Marking has begun but this is a Norway spruce that stands in the old plantation, and these trees aren’t supposed to be cut. Maybe the tape means “don’t cut,” I don’t know. How ironic that the non-native trees that have created what is almost a sterile monoculture are the ones that will be saved.
This section of forest still contains a lot of Scot pine but they don’t have any real vigor and many native trees like white pine, birch, maple, oak, and hemlock have moved into what was once part of the old nursery. There are many trails through this forest and walking them is an enjoyable experience for many, including myself. I don’t get too excited about cutting a few trees; in truth responsible management is good for a forest and the wildlife that lives there, but in this case I do worry about the impact that the tree cutting will have on the plants that grow here, the people who live here, and others who use this forest daily. There is something to be said for the quality of life, after all.
This map shows the two runways of the Keene Dillant Hopkins Airport on the left, and in the upper left corner is the Edgewood forest, marked “Edgewood Civic Association Parcel,” so you can see how close the forest and neighborhood are to the airport. The land that is now the airport was originally purchased in 1942 and the airport opened on in 1943. In 1967 the FAA recommended a 1.8 million dollar series of improvements which included further extending the runways, the construction of a control tower, and improvements to buildings. But before the airport was here, before Edgewood was here, Native American Squakheag tribes lived on this land for many thousands of years. Archeological digs in the area have found Native sites that date back 10,500 years; some of the oldest in the country.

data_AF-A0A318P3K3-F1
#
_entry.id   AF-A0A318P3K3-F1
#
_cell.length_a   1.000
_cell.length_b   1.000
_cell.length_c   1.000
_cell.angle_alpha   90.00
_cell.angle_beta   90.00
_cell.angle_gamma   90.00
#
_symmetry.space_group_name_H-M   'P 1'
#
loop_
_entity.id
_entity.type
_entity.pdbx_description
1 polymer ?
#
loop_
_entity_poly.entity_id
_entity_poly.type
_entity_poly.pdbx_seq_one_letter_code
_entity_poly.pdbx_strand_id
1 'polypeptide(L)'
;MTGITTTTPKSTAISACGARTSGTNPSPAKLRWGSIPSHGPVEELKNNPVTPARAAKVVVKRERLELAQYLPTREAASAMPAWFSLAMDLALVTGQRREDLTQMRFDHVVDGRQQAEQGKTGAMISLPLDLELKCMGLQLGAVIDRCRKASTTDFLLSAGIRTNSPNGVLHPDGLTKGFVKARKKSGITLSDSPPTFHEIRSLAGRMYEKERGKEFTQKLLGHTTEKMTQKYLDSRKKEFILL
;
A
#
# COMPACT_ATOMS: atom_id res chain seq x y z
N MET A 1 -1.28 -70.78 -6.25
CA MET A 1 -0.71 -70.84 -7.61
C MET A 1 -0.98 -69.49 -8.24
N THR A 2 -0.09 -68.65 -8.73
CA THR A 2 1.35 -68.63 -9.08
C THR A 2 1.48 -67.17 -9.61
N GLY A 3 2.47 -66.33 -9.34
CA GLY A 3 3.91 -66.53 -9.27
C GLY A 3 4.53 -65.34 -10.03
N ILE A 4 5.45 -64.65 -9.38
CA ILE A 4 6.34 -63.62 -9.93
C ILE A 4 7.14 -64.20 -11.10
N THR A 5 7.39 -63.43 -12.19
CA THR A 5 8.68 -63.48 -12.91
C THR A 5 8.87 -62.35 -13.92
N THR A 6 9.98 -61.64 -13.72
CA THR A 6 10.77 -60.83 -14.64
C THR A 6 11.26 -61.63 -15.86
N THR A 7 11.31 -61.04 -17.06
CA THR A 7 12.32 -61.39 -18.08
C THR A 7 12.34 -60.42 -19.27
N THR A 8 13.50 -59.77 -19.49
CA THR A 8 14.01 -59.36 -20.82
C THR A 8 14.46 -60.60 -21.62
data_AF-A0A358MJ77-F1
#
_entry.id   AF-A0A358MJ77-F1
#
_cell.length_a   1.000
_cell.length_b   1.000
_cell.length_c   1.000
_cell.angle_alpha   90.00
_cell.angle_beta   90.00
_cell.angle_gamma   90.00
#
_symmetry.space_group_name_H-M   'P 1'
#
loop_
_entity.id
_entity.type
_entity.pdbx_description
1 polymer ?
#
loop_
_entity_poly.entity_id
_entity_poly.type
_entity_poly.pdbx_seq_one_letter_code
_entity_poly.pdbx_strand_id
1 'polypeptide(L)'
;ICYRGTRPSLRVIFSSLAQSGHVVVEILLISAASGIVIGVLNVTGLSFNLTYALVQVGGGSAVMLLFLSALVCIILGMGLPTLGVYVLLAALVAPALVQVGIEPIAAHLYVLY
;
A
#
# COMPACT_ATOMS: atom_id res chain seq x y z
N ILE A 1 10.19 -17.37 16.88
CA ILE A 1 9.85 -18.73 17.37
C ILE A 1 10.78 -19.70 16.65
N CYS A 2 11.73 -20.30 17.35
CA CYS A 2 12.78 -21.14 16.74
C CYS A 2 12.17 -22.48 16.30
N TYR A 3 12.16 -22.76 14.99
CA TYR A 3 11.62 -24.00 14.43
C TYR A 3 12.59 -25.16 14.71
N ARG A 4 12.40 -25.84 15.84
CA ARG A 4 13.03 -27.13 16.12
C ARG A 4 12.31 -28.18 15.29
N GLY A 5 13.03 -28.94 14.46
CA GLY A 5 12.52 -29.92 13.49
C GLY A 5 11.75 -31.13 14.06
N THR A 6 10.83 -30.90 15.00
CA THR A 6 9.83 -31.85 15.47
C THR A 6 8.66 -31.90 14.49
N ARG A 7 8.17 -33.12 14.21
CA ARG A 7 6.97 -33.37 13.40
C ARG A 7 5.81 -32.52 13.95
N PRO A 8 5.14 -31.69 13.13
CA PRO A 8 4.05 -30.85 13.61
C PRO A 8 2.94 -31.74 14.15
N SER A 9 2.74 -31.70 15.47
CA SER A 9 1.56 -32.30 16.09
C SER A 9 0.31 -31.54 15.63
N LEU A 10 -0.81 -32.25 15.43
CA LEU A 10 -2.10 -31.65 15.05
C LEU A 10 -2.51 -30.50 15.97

In 1912 Keene’s first airplane took off from the driving park fair grounds and quickly landed in the top of a nearby tree. How’s that for irony?
There are extensive wetlands on the airport property and many threatened and imperiled species live in them, including the grasshopper sparrow, the northern leopard frog, the horned lark, the vesper sparrow, the eastern meadowlark, the northern long-eared bat, and the wood turtle. Some species have a rating of “imperiled at a global and statewide level,” including the spot-winged glider and the marsh wren. All have been spotted within a mile of the airport. Rare plants include the endangered long-headed windflower (Anemone cylindrica,) and the uncommon swamp white oak (Quercus bicolor) which I haven’t found yet.
Skunk cabbages (Symplocarpus foetidus) also grow in the wetlands here, and though I can’t speak for their rarity this is the only place I’ve ever seen them, and I’ve covered a lot of ground in my time.